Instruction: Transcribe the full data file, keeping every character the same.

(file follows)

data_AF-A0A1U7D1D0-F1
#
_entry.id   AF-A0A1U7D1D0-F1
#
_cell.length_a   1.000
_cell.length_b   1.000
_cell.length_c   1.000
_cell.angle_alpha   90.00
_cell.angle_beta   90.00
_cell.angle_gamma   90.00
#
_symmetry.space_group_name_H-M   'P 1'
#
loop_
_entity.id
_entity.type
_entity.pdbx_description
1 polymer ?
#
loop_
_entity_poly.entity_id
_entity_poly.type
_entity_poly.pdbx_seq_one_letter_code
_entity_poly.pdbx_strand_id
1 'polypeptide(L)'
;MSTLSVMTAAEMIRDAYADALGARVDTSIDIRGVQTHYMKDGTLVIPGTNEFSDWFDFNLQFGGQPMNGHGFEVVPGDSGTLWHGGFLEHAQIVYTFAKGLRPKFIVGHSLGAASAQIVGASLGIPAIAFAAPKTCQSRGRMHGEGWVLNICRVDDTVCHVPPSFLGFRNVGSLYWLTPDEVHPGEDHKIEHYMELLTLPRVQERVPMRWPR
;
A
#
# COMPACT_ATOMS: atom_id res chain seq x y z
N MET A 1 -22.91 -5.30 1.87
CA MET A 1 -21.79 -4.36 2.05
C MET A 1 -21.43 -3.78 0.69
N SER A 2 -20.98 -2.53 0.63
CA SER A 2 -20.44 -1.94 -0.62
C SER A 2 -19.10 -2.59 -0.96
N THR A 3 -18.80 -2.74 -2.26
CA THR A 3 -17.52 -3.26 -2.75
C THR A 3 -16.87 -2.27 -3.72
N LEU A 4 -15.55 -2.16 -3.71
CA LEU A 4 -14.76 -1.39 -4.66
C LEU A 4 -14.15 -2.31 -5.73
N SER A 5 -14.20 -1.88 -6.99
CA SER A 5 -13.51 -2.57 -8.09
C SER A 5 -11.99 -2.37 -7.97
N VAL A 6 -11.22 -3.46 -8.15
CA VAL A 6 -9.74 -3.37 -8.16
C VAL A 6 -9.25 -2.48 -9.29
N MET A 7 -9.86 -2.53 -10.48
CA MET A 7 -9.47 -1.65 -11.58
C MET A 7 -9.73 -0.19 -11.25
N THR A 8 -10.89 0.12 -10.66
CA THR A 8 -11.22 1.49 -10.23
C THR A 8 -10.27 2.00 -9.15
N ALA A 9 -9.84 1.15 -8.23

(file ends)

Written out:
data_AF-A0A1U7D1D0-F1
#
_entry.id   AF-A0A1U7D1D0-F1
#
_cell.length_a   1.000
_cell.length_b   1.000
_cell.length_c   1.000
_cell.angle_alpha   90.00
_cell.angle_beta   90.00
_cell.angle_gamma   90.00
#
_symmetry.space_group_name_H-M   'P 1'
#
loop_
_entity.id
_entity.type
_entity.pdbx_description
1 polymer ?
#
loop_
_entity_poly.entity_id
_entity_poly.type
_entity_poly.pdbx_seq_one_letter_code
_entity_poly.pdbx_strand_id
1 'polypeptide(L)'
;MSTLSVMTAAEMIRDAYADALGARVDTSIDIRGVQTHYMKDGTLVIPGTNEFSDWFDFNLQFGGQPMNGHGFEVVPGDSGTLWHGGFLEHAQIVYTFAKGLRPKFIVGHSLGAASAQIVGASLGIPAIAFAAPKTCQSRGRMHGEGWVLNICRVDDTVCHVPPSFLGFRNVGSLYWLTPDEVHPGEDHKIEHYMELLTLPRVQERVPMRWPR
;
A
#
# COMPACT_ATOMS: atom_id res chain seq x y z
N MET A 1 -22.91 -5.30 1.87
CA MET A 1 -21.79 -4.36 2.05
C MET A 1 -21.43 -3.78 0.69
N SER A 2 -20.98 -2.53 0.63
CA SER A 2 -20.44 -1.94 -0.62
C SER A 2 -19.10 -2.59 -0.96
N THR A 3 -18.80 -2.74 -2.26
CA THR A 3 -17.52 -3.26 -2.75
C THR A 3 -16.87 -2.27 -3.72
N LEU A 4 -15.55 -2.16 -3.71
CA LEU A 4 -14.76 -1.39 -4.66
C LEU A 4 -14.15 -2.31 -5.73
N SER A 5 -14.20 -1.88 -6.99
CA SER A 5 -13.51 -2.57 -8.09
C SER A 5 -11.99 -2.37 -7.97
N VAL A 6 -11.22 -3.46 -8.15
CA VAL A 6 -9.74 -3.37 -8.16
C VAL A 6 -9.25 -2.48 -9.29
N MET A 7 -9.86 -2.53 -10.48
CA MET A 7 -9.47 -1.65 -11.58
C MET A 7 -9.73 -0.19 -11.25
N THR A 8 -10.89 0.12 -10.66
CA THR A 8 -11.22 1.49 -10.23
C THR A 8 -10.27 2.00 -9.15
N ALA A 9 -9.84 1.15 -8.23